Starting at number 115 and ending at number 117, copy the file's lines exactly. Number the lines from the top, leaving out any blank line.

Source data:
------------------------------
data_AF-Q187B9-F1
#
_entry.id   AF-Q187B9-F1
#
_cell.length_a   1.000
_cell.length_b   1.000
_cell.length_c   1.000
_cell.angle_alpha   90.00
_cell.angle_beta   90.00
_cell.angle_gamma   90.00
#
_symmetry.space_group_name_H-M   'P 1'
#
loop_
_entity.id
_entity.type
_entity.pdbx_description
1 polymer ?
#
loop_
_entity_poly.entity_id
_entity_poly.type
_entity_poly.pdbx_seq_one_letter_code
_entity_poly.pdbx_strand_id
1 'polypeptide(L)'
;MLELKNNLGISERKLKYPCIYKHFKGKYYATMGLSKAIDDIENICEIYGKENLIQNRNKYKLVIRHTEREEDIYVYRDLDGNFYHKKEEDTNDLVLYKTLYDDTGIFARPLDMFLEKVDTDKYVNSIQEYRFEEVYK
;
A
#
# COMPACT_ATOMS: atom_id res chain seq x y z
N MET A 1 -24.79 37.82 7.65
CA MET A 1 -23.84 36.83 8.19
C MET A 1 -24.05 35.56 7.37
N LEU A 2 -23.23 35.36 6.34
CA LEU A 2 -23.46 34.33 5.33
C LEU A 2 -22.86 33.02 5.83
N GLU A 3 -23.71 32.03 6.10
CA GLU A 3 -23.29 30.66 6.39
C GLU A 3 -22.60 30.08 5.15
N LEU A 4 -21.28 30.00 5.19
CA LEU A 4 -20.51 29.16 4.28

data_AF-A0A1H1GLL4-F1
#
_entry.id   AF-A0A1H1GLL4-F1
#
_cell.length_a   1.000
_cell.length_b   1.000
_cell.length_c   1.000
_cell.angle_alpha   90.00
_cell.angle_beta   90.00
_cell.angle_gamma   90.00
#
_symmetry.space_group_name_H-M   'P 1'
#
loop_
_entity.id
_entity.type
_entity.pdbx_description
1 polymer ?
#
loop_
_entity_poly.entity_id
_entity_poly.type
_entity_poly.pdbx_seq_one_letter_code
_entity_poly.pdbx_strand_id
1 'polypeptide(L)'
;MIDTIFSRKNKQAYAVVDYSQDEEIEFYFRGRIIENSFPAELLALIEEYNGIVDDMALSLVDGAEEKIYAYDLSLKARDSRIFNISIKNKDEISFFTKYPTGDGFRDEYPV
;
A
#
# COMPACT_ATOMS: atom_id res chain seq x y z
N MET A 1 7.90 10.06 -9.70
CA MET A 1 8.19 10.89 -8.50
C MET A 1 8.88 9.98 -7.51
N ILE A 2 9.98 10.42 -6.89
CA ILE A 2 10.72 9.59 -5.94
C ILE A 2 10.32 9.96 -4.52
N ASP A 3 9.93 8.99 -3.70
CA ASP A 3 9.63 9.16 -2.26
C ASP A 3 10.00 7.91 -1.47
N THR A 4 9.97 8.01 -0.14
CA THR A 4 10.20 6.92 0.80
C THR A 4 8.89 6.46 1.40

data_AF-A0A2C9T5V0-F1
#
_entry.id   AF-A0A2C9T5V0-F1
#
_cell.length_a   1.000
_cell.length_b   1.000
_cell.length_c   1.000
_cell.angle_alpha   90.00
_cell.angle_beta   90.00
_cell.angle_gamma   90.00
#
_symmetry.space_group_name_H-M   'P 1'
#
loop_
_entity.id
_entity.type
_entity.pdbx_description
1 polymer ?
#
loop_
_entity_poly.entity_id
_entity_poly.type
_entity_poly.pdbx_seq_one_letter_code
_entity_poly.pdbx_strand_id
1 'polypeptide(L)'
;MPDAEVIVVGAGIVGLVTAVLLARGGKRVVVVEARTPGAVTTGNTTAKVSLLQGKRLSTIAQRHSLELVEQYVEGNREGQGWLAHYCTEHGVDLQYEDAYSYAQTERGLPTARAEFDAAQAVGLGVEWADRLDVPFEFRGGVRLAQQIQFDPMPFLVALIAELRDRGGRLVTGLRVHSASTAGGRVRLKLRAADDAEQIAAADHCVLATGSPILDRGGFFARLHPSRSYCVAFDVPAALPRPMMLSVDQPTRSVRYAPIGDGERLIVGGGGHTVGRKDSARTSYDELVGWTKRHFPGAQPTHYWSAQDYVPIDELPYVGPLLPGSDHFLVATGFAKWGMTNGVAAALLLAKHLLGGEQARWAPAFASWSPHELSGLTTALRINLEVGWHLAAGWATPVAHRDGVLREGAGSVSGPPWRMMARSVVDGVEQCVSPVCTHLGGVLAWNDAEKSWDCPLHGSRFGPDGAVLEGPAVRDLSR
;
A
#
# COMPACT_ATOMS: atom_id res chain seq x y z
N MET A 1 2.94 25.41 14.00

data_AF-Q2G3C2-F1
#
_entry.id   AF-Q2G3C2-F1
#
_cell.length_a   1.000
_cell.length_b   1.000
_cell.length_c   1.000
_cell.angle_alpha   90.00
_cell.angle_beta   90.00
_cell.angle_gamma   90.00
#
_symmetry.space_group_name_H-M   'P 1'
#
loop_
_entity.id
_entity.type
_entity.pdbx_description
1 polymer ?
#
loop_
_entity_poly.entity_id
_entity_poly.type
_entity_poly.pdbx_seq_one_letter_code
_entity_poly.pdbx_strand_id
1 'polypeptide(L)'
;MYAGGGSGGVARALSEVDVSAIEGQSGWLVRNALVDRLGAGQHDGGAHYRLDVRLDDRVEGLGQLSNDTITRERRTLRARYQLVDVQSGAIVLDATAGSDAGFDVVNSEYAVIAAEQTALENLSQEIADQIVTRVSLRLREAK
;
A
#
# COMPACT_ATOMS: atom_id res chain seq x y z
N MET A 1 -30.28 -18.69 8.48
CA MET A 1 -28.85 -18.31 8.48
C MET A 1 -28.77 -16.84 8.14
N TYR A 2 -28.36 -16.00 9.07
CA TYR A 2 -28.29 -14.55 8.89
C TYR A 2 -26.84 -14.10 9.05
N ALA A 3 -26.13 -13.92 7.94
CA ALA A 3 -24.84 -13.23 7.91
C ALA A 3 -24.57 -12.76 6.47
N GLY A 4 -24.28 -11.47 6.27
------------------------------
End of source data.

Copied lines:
data_AF-Q2G3C2-F1
#
_entry.id   AF-Q2G3C2-F1